Exercise Induced Hypoalgesia
Exercise is an important component of effective chronic pain management and has a number of potential benefits. Long term exercise training has been shown to relieve pain, across many chronic pain conditions. However, the response is often variable and exercise induced flares in pain are common. Exercise typically leads to an acute reduction in pain and pain sensitivity for up to 30 minutes afterwards. This is called exercise induced hypoalgesia (EIH). Typically we see reduced pain sensitivity both close to the exercising muscle (local EIH), and remote sites, away from the exercising muscle (global/remote). Local EIH is greater than Global/Remote EIH.
In pain free adults, the dose response for aerobic Exercise is moderate to high intensity, achieving 65-70% or more of max heart rate. Longer durations better. With resistance Exercise, both isometric and dynamic (isotonic) exercise can achieve an effect. High intensity resistance exercise should be 60-100% 1RM. Low intensity should be 10-30% 1RM with a sufficiency duration of contraction (> 3 mins or to failure).
EIH is variable in those with chronic pain. Rice et al reviewed the evidence and found EIH was generally significantly impaired in chronic pain populations on at least one measure in most studies. The populations were EIH was impaired was in chronic widespread pain, fibromyalgia, whiplash, localised myalgia, chronic neck pain, osteoarthritis, diabetic neuropathy. Normal EIH was achieved in some studies in rheumatoid arthritis, chronic back pain, and osteoarthritis.
Impaired EIH is associated with exercise induced flares during and after exercise, and reduced pain relief with long term exercise training.
Both opioid and non-opioid mechanisms are likely to be involved.
Endocannabinoids are released after both aerobic and resistance exercise. In animal studies, blocking CB1 and (?CB2) receptor reduces EIH. In humans, there are decreased endocannabinoids in muscle associated with impaired EIH in chronic widespread pain and localised shoulder myalgia.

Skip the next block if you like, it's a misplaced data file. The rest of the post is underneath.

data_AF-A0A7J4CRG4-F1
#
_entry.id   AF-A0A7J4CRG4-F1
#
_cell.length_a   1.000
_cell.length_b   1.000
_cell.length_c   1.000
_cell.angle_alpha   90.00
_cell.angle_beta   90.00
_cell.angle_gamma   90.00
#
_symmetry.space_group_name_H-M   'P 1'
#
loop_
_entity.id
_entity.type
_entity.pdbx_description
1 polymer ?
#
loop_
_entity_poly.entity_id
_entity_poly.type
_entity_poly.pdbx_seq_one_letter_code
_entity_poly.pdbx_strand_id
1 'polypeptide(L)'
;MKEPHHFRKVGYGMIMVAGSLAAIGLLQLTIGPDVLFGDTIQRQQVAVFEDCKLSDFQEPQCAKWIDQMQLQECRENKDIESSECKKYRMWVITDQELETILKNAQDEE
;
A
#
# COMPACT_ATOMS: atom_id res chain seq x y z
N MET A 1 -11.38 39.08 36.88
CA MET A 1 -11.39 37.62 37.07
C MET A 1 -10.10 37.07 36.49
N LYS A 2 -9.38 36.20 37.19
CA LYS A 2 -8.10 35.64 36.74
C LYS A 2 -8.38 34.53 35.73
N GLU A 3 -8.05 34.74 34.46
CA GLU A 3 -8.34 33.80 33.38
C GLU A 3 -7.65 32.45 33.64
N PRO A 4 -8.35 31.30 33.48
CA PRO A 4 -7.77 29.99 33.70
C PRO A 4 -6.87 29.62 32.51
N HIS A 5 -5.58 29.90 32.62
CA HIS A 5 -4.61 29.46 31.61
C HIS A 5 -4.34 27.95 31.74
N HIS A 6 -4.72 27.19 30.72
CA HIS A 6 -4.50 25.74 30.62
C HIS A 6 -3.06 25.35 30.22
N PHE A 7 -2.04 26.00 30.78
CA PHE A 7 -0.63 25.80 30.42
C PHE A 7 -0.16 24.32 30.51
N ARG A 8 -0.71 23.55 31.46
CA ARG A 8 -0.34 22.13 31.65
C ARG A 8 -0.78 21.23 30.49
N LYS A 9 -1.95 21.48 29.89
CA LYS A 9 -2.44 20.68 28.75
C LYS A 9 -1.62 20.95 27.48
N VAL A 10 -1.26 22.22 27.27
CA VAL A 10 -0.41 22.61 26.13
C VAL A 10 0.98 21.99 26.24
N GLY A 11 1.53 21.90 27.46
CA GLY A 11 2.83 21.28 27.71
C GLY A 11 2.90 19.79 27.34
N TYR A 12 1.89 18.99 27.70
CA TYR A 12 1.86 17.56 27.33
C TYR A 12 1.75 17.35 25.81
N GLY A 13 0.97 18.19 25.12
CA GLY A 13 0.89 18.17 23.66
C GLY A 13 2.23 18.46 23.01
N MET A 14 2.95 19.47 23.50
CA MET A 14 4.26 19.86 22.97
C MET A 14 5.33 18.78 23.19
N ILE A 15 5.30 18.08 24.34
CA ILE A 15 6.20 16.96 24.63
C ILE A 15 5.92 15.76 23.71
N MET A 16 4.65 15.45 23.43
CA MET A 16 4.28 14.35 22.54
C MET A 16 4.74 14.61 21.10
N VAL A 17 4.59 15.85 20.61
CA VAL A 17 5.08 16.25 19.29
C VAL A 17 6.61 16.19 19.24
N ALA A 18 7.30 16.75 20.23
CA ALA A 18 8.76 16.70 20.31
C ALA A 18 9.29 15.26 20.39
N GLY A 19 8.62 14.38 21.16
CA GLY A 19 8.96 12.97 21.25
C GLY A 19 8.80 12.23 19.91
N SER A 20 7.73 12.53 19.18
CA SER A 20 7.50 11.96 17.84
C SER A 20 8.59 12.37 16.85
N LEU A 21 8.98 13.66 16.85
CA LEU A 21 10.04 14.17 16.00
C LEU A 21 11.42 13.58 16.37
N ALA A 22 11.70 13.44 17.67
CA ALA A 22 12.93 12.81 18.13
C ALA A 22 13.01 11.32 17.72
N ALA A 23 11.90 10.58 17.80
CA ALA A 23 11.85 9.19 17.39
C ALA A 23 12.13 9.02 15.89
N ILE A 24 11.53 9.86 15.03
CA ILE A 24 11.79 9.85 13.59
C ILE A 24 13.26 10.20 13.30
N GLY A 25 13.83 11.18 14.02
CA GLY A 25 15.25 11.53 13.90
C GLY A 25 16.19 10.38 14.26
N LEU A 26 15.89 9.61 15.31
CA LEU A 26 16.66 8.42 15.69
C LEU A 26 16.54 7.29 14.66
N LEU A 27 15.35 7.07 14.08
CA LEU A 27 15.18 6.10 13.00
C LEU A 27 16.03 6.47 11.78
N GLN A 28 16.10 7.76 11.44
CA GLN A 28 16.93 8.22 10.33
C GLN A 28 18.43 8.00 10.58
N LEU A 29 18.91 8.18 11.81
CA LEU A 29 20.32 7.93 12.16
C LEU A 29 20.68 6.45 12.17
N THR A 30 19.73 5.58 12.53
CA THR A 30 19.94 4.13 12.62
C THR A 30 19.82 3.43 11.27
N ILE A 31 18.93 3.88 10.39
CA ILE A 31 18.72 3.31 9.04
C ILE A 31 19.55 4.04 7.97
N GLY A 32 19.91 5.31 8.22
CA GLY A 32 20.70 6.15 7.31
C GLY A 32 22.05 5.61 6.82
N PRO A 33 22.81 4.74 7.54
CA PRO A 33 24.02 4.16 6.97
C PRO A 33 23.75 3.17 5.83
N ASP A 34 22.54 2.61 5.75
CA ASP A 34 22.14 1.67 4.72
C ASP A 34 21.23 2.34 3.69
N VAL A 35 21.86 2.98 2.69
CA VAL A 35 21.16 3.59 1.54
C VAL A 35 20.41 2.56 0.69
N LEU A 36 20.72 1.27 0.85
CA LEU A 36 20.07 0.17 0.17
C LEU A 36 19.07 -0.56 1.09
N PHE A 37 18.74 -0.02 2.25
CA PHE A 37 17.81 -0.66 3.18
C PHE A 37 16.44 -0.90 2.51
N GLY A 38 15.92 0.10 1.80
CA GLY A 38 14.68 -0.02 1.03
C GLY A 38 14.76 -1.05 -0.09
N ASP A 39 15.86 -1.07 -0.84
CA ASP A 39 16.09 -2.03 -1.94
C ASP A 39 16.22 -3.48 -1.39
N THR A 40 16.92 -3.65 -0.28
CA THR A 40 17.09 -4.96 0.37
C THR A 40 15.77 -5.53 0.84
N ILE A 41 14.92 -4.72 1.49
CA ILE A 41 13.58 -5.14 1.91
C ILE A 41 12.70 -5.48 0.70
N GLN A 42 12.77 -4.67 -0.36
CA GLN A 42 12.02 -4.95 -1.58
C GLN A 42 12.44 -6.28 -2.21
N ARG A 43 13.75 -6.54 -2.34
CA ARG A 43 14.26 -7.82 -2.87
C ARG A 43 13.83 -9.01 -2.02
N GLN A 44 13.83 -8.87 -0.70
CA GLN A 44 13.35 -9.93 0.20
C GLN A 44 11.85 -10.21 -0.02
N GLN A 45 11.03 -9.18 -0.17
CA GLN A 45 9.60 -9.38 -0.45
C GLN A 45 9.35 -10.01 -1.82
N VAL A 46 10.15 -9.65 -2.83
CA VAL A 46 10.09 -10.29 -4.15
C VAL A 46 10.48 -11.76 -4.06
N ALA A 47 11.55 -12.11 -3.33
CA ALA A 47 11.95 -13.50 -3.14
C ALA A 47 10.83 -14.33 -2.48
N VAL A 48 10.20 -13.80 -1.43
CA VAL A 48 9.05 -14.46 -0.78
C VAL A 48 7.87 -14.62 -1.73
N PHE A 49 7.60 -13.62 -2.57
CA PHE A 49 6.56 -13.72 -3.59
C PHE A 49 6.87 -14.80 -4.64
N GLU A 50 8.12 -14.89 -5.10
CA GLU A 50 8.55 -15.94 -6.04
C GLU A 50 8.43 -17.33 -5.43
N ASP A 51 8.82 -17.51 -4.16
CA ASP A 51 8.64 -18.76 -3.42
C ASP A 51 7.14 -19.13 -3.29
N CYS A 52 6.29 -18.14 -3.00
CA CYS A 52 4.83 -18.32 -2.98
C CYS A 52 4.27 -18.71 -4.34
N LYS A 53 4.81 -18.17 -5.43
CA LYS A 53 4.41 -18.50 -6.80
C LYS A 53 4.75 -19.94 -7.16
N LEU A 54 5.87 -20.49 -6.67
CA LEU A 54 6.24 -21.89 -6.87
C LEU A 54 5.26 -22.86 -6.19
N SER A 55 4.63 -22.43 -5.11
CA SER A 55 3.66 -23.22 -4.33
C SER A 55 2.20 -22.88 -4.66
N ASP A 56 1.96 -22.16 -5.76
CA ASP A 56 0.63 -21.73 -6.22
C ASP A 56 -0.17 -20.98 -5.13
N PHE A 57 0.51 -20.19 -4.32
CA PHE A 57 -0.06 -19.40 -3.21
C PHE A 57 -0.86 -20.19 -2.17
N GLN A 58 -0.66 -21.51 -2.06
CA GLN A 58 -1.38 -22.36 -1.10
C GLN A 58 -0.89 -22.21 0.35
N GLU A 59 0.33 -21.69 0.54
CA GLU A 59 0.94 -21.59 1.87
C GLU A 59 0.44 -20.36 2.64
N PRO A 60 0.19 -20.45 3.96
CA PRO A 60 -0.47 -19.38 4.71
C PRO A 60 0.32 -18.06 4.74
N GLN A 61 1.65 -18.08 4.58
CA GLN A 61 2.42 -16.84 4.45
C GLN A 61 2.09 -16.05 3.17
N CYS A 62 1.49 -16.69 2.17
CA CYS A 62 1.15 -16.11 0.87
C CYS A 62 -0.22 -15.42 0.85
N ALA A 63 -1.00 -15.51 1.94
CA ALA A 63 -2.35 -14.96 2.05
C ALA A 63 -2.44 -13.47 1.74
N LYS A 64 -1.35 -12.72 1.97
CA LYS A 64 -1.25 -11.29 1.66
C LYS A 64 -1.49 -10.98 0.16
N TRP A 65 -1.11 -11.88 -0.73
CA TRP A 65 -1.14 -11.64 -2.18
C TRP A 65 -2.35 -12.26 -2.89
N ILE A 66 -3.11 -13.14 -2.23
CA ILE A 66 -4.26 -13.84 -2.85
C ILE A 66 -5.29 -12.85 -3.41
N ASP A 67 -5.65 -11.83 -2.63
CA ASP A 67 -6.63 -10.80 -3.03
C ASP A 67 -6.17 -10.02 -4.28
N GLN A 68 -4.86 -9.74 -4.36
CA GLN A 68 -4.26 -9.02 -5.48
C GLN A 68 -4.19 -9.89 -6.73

In animal research, the serotonin system may be involved in EIH. In human research, it has been found that EIH is partly heritable. There are genetically inferred strong opioid tone (ORPM1 genotype) and weak serotonergic signalling (5HT1a and 5 HTT genotypes) associated with increased EIH. There is no difference in pain free controls vs fibromyalgia.
There is a complex immune response to exercise. There is an initial pro-inflammatory effect, followed by anti-inflammatory rebound. Some evidence that pro-inflammatory response is increased with exercise in chronic pain and is related to EIH. Almost all the evidence for this is in people with chronic fatigue syndrome and chronic widespread pain.
In chronic pain, EIH is not associated with pain catastrophising, kinesiophobia, depression, or anxiety. However in pain free controls, EIH is associated with pain catastrophising, fear of pain, mood disturbance, and family environment.
Be aware that not everyone will respond in the same way. Some people will not experience pain relief with exercise. Even if exercise does not change pain, it may still have many other benefits. In pain free controls, pre exercise education can powerfully modify the EIH response, in both directions. Could altering negative beliefs and enhancing expectation modify EIH? It may be better to choose type(s) of exercise the patient believes will be effective.
- Self-selected lower intensity
Some studies suggest that exercising at self selected (lower) intensities may help to induce normal EIH. However, the findings are largely equivocal, and other studies show no improvement in EIH with lower intensity and exertion. With long term exercise programmes, graded exercise produces similar results to other approaches.
- Exercising a non-painful area
In people with localised pain conditions, there is evidence that exercising outside the painful area can still produce EIH. For example doing lower limb resistance exercises with localised shoulder pain.
- Rice et al review paper 2019
- ↑ Lima et al.. Does exercise increase or decrease pain? Central mechanisms underlying these two phenomena. The Journal of physiology 2017. 595:4141-4150. PMID: 28369946. DOI. Full Text.
- ↑ Rice et al.. Exercise-Induced Hypoalgesia in Pain-Free and Chronic Pain Populations: State of the Art and Future Directions. The journal of pain 2019. 20:1249-1266. PMID: 30904519. DOI.
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